I ought to be able to do this myself

Liz Sumner Ease, Geek Tools, Motivation, Productivity Leave a Comment

Sometimes I get great satisfaction from figuring out how to do things myself. I once spent a ridiculous amount of time turning an old router into a wireless bridge to boost the signal upstairs. It worked! I also tried to teach myself programming so that I could build an app I had an idea for. (I’ve actually done this– unsuccessfully– several times).

Most of the time it’s because I’m unwilling to spend the money to go to an expert. Time? Yes. Dollars, no.

Some things I know better than to try myself. I don’t cut my own hair. I don’t fix my own car or appliances. I’m pretty good at basic plumbing, but don’t attempt other home repair.

I admire the heck out of my client, Jean, who describes how she spackles and seals and shims and sands her walls in preparation for painting. I’d make such a mess of that.

And I’m amazed by my friend, Tom, who regularly calls in experts to regrade his driveway or install a new exterior lamp or upgrade his water filtration system because he believes in proper upkeep. I tend to let things go if they aren’t an emergency. Tom has a very low tolerance for things not working as they should.

Here’s my rule of thumb for when to ignore a problem, when to attempt a do-it-yourself fix, and when to ask for help:


When there’s little or no pain or inconvenience and time won’t make it worse.


When you’re willing to trade your time, and peace of mind, for a sense of satisfaction and possible money savings. And when the quality of the result isn’t the top priority.


When you’re dissatisfied with current reality and don’t see it changing without intervention. When you don’t see viable solutions on your own.

Here is an illustration of what I mean.

In our house in New Hampshire we had a mysterious leak in the kitchen ceiling. It dripped and stained. After attempting a few fixes with silicone sealant we had a plumber in to try to figure out the cause. In the process of investigating he had to make a small hole in the ceiling, which we patched. It wasn’t gorgeous but it was good enough.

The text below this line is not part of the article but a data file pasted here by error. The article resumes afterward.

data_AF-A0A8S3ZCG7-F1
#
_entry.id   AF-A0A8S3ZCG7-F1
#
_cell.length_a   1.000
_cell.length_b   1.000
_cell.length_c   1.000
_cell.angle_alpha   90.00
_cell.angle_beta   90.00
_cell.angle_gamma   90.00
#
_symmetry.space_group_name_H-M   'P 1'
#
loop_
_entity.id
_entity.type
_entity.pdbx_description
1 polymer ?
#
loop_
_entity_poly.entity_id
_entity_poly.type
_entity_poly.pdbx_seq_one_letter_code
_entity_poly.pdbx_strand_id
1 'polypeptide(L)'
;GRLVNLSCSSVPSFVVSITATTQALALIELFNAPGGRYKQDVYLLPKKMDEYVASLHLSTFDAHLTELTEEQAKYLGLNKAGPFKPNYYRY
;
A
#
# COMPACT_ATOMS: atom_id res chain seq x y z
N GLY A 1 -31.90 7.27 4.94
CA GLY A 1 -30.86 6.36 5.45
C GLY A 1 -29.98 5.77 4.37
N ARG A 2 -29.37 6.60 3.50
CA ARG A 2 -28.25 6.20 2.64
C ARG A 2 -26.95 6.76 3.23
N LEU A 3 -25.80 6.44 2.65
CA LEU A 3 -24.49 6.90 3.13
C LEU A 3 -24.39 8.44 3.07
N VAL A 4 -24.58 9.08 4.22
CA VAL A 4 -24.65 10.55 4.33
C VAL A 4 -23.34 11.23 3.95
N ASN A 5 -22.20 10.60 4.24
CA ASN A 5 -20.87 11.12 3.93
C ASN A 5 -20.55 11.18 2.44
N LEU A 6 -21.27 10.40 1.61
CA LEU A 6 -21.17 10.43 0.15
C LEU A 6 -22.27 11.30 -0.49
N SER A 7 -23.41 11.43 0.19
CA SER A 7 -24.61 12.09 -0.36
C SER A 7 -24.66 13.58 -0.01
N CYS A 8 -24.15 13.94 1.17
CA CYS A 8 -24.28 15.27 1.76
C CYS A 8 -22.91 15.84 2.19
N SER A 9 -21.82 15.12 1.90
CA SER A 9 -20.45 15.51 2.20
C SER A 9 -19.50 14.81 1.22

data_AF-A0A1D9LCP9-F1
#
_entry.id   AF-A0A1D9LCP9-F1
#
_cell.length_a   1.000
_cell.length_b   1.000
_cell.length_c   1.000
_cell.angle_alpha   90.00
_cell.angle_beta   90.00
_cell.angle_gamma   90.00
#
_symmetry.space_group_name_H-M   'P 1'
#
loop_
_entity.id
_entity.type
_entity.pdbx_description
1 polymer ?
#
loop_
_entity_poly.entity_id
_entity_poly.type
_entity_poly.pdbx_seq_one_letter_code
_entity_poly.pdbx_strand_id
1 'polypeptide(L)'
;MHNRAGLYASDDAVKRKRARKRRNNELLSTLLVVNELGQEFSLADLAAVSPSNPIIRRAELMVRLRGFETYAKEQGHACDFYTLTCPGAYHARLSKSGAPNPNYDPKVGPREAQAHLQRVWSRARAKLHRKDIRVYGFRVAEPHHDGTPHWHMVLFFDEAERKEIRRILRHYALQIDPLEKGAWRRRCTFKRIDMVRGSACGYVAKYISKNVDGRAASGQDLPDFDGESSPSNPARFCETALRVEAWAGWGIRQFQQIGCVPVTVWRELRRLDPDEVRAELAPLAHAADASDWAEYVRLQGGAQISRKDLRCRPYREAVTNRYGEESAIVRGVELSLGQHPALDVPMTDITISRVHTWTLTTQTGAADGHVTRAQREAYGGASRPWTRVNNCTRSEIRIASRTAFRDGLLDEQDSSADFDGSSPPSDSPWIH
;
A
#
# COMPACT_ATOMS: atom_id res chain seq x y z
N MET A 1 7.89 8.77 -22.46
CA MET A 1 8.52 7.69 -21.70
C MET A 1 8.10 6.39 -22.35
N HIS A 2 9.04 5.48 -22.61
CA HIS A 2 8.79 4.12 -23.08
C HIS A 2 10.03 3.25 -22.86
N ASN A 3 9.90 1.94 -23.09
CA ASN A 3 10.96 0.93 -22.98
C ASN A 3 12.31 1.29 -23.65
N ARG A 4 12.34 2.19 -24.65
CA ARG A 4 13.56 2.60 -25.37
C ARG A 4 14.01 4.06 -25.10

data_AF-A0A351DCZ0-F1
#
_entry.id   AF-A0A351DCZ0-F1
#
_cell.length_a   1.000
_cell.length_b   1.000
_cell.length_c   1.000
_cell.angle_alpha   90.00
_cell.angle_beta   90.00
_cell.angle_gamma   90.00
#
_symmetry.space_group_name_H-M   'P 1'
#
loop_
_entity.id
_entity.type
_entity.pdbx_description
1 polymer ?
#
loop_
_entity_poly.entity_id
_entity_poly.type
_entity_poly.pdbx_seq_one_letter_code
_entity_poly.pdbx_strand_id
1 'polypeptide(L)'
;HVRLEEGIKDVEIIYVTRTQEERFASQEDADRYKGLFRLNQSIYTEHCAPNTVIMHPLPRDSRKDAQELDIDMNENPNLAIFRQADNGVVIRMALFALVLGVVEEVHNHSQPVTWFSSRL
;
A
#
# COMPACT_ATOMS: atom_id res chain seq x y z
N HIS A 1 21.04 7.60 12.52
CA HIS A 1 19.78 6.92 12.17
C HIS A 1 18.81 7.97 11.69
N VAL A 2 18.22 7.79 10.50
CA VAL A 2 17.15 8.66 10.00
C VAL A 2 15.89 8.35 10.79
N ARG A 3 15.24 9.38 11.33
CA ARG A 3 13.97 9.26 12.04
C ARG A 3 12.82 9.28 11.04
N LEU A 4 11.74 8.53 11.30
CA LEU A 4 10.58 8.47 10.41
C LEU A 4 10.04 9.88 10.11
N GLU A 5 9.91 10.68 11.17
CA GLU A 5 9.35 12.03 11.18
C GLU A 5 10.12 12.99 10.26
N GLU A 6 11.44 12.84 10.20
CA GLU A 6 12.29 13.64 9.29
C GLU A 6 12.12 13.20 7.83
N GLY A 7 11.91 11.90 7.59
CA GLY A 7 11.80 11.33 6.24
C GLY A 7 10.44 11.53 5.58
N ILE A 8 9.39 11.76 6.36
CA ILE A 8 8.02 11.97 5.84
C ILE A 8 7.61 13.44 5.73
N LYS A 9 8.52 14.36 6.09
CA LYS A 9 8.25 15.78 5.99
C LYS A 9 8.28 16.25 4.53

That winter the pipes froze and the subsequent repairs tore a gigantic, hideous hole in the ceiling. We couldn’t ignore it so we had it professionally dry-walled. Good as new.

Then the damn mysterious leak started again and they had to tear out the newly repaired  ceiling. Aaack.

So even though it’s nearly as ugly as it was before my husband and I ignored it because a) we aren’t house proud and b) we aren’t living there. So it’s back in the IGNORE category.  Soon, however, we will ASK FOR HELP and get the builders back to replace the same piece of sheetrock. It’s more urgent now because we want to rent the house and it needs to be a high quality job to attract renters.

For tangible things like home repair it’s fairly easy to recognize one’s limitations. Even though the incredible internet gives instructions for just about anything you’d want to know you’re not always going to be successful at following them.

Intangibles like Success and Happiness are harder break down into steps (though that doesn’t stop us from trying). David Allen has created an excellent methodology with Getting Things Done. That is my number one recommendation when you want to improve your productivity and do it yourself.

Sometimes a good instruction manual is all you need.

But if you’re not making progress on what you believe to be your most important goal; if you’re still dithering after multiple attempts to get clear and focused; if you think you can’t get started on your dream until you take one more training, then maybe it’s time to ask for help.

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